FB: I think it’s all of that for me. The research, experimenting with microphone placement, and the actual location I’m recording in, play a huge role in my passion for field recording. Once I’m at the location and I hear the results of shooting a gun or witnessing a lightning strike, I get very excited. I’m motivated by how sounds make me feel. The technical aspect plays less of a role for me, I have my technical moments, but for the most part, I go with feel. I have sounds recorded with a very expensive setup like a Schoeps and sounds recorded with a much less costly microphone like a AT-835ST and still get jazzed when I hear the AT-835ST on some things. Technically these microphones are worlds apart, but in the right environment and on a unique sound source, they both give me goose bumps.
CFR: Your love of Idaho is very clear in your writing and in your sound fx. Do you ever consider Idaho’s “sonic signature” when recording? Do you have favourite Idahoan sounds?
FB: I do consider Idaho’s “sonic signature” when recording. It’s very special here. With the mountains, the valleys, and the lake, there are plenty of locations to work with that have a signature sound to them, very Idaho! They also can work together at times. When I’m out recording I can point my microphone towards the mountains and get one type of sound and then just move slightly towards the lake and it’s another type. They play off one another in a very unique way.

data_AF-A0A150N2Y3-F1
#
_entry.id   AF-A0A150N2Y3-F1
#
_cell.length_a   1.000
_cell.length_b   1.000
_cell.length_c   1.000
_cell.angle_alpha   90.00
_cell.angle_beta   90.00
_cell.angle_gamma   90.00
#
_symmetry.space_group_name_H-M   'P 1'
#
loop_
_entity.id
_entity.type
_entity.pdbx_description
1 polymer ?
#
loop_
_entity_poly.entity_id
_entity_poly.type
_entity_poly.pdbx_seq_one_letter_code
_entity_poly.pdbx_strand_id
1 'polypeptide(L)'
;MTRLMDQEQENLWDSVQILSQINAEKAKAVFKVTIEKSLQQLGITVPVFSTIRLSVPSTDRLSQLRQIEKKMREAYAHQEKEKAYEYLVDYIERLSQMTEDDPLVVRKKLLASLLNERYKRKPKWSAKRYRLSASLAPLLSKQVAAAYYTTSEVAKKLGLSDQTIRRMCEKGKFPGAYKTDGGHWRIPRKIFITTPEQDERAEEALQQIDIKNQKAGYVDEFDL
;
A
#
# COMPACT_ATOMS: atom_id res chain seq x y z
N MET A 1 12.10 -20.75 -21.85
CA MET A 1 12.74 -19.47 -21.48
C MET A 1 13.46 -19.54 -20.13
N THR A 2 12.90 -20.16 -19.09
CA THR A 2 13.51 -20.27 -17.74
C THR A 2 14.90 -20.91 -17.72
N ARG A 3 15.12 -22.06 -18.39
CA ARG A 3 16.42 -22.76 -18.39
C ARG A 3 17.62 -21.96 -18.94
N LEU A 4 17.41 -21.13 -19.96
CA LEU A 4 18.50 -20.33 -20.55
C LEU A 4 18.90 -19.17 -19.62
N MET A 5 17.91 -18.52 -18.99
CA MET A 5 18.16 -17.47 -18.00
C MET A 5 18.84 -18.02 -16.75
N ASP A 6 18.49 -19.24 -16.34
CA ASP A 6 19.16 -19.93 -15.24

I have a favorite location for recording guns and other loud sound sources. It is a massive wide, open field that is next to a small mountain range. When I’m in the middle of the field, the sound is very dry but full. If I move a quarter mile closer to the mountain range, it’s alive with echo and reverb but still retains the power and fullness of the mid-field location.
CFR: Earlier this year you recorded many helicopters and luxury aircraft. You mentioned that the opportunity arose from airport staff friends who would invite you to record at a moment’s notice. You also worked with pilots who were on the clock and burning fuel. Is it difficult to create when working with people who aren’t experienced with the intricacies of field recording? How do you mesh this with your workflow?